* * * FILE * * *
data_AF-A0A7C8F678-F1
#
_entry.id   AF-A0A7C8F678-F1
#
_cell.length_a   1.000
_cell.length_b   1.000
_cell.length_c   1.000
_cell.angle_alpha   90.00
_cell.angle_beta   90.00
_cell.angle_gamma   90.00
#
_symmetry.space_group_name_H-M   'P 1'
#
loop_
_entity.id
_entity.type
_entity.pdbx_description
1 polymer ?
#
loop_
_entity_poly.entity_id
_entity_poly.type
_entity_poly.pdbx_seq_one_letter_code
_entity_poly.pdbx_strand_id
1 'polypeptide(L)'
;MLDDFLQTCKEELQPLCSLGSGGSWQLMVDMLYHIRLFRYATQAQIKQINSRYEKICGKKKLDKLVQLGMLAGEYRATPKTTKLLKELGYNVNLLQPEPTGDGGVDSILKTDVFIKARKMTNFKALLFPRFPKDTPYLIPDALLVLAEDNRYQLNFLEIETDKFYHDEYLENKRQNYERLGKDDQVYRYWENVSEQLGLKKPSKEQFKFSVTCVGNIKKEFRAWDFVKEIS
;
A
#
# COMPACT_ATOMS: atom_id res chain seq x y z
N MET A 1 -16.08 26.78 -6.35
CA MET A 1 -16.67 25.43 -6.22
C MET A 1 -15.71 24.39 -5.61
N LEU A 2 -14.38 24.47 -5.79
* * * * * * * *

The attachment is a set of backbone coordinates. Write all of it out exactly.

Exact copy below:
data_AF-A0A7C8F678-F1
#
_entry.id   AF-A0A7C8F678-F1
#
_cell.length_a   1.000
_cell.length_b   1.000
_cell.length_c   1.000
_cell.angle_alpha   90.00
_cell.angle_beta   90.00
_cell.angle_gamma   90.00
#
_symmetry.space_group_name_H-M   'P 1'
#
loop_
_entity.id
_entity.type
_entity.pdbx_description
1 polymer ?
#
loop_
_entity_poly.entity_id
_entity_poly.type
_entity_poly.pdbx_seq_one_letter_code
_entity_poly.pdbx_strand_id
1 'polypeptide(L)'
;MLDDFLQTCKEELQPLCSLGSGGSWQLMVDMLYHIRLFRYATQAQIKQINSRYEKICGKKKLDKLVQLGMLAGEYRATPKTTKLLKELGYNVNLLQPEPTGDGGVDSILKTDVFIKARKMTNFKALLFPRFPKDTPYLIPDALLVLAEDNRYQLNFLEIETDKFYHDEYLENKRQNYERLGKDDQVYRYWENVSEQLGLKKPSKEQFKFSVTCVGNIKKEFRAWDFVKEIS
;
A
#
# COMPACT_ATOMS: atom_id res chain seq x y z
N MET A 1 -16.08 26.78 -6.35
CA MET A 1 -16.67 25.43 -6.22
C MET A 1 -15.71 24.39 -5.61
N LEU A 2 -14.38 24.47 -5.79